There’s always a market for pub bands; there always needs to be music which sounds like it makes sense after six pints of ale. Oasis realised this and made an unbelievably long career from it. After (what some may call) being reduced to playing the same set night after night on short stadium spurts, you’d think when the end ultimately came, they’d call it a day. They were never exactly held in high esteem for their creativity. Liam Gallagher seems to have confused him and his brother with Lou Reed and John Cale though, and decided that a record which ‘shows his side’ is something people just need to have.
The initial response to Different Gear… is how dated it feels. And not in the retro way their adverts depict, but in the same way ‘Morning Glory’ now sounds dated in it’s production – and surprisngly this isn’t the only point where a refusal to let go of the past can be used against this record. “I’m going to stand the test of time/just like the Beatles and Stones” he proclaims in track four, ‘Beatles and Stones’, and it’s the exact point at which the ego-boosting gets too exhausting to bare. The rest of album drowns in 60s rhythms, harmonies and everything else the 60s ever gave us, save from the pursuit of originality.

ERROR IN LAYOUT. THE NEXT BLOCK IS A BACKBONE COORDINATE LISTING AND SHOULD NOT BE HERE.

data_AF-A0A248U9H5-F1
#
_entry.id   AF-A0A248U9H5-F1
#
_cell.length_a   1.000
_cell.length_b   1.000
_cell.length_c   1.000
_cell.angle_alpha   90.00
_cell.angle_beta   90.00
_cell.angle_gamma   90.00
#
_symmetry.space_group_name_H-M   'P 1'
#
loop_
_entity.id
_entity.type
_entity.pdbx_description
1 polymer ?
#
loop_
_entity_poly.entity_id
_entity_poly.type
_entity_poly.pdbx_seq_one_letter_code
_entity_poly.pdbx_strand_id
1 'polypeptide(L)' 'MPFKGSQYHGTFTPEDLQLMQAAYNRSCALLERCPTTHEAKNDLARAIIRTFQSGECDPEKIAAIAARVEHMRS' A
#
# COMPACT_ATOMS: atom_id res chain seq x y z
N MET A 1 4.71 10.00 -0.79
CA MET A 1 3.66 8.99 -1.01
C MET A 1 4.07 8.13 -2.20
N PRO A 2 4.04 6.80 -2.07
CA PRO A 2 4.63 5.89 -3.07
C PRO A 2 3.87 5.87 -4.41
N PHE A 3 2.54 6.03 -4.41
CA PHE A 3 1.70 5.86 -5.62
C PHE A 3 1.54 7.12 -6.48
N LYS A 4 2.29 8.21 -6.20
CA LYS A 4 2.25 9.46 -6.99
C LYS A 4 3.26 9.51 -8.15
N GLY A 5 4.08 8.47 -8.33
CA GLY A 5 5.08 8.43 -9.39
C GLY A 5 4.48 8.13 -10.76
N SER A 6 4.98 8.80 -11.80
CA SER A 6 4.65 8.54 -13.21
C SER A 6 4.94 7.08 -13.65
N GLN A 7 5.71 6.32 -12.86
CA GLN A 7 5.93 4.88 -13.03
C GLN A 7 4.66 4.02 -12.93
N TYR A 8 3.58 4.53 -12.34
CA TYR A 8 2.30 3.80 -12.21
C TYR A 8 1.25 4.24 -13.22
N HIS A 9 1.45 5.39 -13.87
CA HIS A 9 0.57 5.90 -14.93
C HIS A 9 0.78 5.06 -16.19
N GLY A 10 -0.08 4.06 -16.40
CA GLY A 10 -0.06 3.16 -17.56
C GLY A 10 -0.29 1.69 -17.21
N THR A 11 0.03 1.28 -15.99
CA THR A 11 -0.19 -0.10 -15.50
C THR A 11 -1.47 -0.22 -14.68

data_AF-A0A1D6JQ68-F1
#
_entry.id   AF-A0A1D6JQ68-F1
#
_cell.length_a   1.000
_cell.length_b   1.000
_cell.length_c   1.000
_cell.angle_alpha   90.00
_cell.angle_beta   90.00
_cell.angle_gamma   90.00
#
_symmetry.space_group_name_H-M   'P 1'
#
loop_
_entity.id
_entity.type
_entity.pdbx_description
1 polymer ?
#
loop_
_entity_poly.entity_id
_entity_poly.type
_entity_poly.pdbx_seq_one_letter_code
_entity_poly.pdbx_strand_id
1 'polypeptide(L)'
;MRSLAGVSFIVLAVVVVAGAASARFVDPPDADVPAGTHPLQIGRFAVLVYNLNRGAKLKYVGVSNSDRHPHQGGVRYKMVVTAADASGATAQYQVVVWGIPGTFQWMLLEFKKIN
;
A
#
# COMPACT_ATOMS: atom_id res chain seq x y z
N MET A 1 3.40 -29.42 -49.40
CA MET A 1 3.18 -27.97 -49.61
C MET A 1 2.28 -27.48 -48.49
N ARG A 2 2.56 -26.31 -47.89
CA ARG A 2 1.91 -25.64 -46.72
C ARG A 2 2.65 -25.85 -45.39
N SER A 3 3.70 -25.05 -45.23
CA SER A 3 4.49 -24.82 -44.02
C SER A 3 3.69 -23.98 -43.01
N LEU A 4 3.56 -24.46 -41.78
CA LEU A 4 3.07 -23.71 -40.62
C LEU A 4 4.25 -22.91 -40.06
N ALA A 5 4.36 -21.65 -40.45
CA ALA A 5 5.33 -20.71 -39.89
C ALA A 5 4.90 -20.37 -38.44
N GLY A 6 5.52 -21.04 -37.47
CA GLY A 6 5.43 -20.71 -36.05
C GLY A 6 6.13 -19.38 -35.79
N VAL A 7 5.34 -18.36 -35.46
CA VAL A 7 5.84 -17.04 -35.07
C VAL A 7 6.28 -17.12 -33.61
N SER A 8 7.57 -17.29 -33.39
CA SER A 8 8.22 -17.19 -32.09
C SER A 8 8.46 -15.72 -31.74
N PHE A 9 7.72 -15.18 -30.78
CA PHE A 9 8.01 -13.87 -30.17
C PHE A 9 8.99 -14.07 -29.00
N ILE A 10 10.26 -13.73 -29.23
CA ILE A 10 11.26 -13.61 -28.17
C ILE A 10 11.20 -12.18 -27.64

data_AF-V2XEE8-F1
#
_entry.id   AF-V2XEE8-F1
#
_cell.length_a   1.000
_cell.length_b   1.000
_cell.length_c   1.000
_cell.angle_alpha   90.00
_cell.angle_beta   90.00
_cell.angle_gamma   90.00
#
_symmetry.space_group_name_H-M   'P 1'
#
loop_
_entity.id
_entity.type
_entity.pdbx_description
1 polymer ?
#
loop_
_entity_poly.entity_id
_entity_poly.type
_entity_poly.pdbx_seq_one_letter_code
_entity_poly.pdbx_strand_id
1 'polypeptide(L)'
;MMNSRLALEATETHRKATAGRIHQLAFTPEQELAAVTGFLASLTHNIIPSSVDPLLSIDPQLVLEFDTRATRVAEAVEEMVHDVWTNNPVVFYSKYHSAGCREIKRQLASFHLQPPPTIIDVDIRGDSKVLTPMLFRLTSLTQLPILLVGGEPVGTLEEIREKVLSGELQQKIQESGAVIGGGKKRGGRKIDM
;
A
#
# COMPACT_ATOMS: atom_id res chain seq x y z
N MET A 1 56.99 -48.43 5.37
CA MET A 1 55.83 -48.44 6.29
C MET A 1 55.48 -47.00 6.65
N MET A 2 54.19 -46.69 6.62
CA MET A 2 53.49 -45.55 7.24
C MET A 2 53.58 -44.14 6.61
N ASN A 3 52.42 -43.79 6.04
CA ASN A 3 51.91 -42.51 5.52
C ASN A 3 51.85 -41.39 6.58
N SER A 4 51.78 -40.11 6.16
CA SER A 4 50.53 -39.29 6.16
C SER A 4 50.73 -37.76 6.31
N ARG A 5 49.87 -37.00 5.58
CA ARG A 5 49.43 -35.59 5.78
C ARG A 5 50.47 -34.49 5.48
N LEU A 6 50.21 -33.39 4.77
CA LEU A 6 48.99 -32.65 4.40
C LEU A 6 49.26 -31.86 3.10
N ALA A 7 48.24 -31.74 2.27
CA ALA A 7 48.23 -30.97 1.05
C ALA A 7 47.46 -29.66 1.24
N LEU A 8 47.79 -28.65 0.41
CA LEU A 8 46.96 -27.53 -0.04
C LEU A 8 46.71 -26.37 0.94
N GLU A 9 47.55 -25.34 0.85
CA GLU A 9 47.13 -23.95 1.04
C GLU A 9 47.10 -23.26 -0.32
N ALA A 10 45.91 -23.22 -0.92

Keep in mind that this is a nearly forty year old man with a wife and kids, and he still writes lyrics that go “I’m taking you drinking/baby come on… you bring the love/it’s ecstasy”, there’s nothing here which suggests depth or personality. It’s so un-friendly in its approach of ‘wanting to be as good as’ someone else (my money’s on the ‘Beatles and Stones’) that it’s not even fun. While Primal Scream siphoned The Rolling Stones through a mid-80s rave haze into something which was fun and didn’t take itself too seriously, these guys make the hippy vibes unbearable, in ‘Bring the Light’ for example. ‘For Anyone’ and much of the rest of the album takes more than one hint from – you guessed it – The Beatles.
There is always an audience for almost all kinds of music. But Beady Eye represent a product which not only seems to be in a market place already pretty stagnant with this genre, but stagnant with much better versions too. In ‘Kill For a Dream’ Liam proposes: “life’s too short to carry regrets” – that’s good then, because he’ll presumably now never end up regretting this turd.
From Nicholas Burman.